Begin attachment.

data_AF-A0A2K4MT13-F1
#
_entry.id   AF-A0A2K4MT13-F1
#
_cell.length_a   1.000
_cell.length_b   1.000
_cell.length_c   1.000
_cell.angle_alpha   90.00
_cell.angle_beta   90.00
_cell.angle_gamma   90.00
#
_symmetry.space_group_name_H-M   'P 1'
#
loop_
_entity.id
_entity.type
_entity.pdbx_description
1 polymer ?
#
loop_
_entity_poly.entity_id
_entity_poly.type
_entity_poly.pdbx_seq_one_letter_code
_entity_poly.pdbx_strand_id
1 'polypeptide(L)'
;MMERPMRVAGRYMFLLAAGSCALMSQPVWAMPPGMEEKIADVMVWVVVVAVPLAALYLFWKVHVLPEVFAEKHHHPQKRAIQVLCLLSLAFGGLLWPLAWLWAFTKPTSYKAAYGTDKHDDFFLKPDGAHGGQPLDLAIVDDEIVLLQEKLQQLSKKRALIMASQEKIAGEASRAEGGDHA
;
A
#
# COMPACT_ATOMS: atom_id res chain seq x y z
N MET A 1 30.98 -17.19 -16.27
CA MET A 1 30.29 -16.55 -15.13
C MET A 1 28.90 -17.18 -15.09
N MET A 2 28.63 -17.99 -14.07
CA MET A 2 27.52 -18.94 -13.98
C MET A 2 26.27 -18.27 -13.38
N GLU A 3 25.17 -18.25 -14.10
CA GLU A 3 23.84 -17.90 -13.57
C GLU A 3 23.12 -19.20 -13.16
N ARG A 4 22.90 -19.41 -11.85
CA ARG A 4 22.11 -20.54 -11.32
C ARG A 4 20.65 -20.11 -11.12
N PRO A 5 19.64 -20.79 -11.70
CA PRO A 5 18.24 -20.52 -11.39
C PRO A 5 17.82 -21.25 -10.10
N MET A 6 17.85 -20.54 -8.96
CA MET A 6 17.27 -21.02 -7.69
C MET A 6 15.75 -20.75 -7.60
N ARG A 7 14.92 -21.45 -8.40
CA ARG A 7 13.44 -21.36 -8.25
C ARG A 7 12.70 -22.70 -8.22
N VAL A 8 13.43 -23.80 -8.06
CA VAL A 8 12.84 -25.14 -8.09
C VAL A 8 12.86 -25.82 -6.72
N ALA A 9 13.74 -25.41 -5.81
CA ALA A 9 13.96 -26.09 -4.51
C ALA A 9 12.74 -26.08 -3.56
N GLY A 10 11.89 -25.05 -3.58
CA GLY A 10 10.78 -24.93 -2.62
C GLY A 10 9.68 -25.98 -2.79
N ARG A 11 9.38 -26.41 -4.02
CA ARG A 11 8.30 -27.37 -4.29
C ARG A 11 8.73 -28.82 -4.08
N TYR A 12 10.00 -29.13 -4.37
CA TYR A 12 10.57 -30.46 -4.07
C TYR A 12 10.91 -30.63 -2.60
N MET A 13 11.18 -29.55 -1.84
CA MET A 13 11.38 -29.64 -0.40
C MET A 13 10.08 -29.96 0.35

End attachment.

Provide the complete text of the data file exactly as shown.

data_AF-A0A2K4MT13-F1
#
_entry.id   AF-A0A2K4MT13-F1
#
_cell.length_a   1.000
_cell.length_b   1.000
_cell.length_c   1.000
_cell.angle_alpha   90.00
_cell.angle_beta   90.00
_cell.angle_gamma   90.00
#
_symmetry.space_group_name_H-M   'P 1'
#
loop_
_entity.id
_entity.type
_entity.pdbx_description
1 polymer ?
#
loop_
_entity_poly.entity_id
_entity_poly.type
_entity_poly.pdbx_seq_one_letter_code
_entity_poly.pdbx_strand_id
1 'polypeptide(L)'
;MMERPMRVAGRYMFLLAAGSCALMSQPVWAMPPGMEEKIADVMVWVVVVAVPLAALYLFWKVHVLPEVFAEKHHHPQKRAIQVLCLLSLAFGGLLWPLAWLWAFTKPTSYKAAYGTDKHDDFFLKPDGAHGGQPLDLAIVDDEIVLLQEKLQQLSKKRALIMASQEKIAGEASRAEGGDHA
;
A
#
# COMPACT_ATOMS: atom_id res chain seq x y z
N MET A 1 30.98 -17.19 -16.27
CA MET A 1 30.29 -16.55 -15.13
C MET A 1 28.90 -17.18 -15.09
N MET A 2 28.63 -17.99 -14.07
CA MET A 2 27.52 -18.94 -13.98
C MET A 2 26.27 -18.27 -13.38
N GLU A 3 25.17 -18.25 -14.10
CA GLU A 3 23.84 -17.90 -13.57
C GLU A 3 23.12 -19.20 -13.16
N ARG A 4 22.90 -19.41 -11.85
CA ARG A 4 22.11 -20.54 -11.32
C ARG A 4 20.65 -20.11 -11.12
N PRO A 5 19.64 -20.79 -11.70
CA PRO A 5 18.24 -20.52 -11.39
C PRO A 5 17.82 -21.25 -10.10
N MET A 6 17.85 -20.54 -8.96
CA MET A 6 17.27 -21.02 -7.69
C MET A 6 15.75 -20.75 -7.60
N ARG A 7 14.92 -21.45 -8.40
CA ARG A 7 13.44 -21.36 -8.25
C ARG A 7 12.70 -22.70 -8.22
N VAL A 8 13.43 -23.80 -8.06
CA VAL A 8 12.84 -25.14 -8.09
C VAL A 8 12.86 -25.82 -6.72
N ALA A 9 13.74 -25.41 -5.81
CA ALA A 9 13.96 -26.09 -4.51
C ALA A 9 12.74 -26.08 -3.56
N GLY A 10 11.89 -25.05 -3.58
CA GLY A 10 10.78 -24.93 -2.62
C GLY A 10 9.68 -25.98 -2.79
N ARG A 11 9.38 -26.41 -4.02
CA ARG A 11 8.30 -27.37 -4.29
C ARG A 11 8.73 -28.82 -4.08
N TYR A 12 10.00 -29.13 -4.37
CA TYR A 12 10.57 -30.46 -4.07
C TYR A 12 10.91 -30.63 -2.60
N MET A 13 11.18 -29.55 -1.84
CA MET A 13 11.38 -29.64 -0.40
C MET A 13 10.08 -29.96 0.35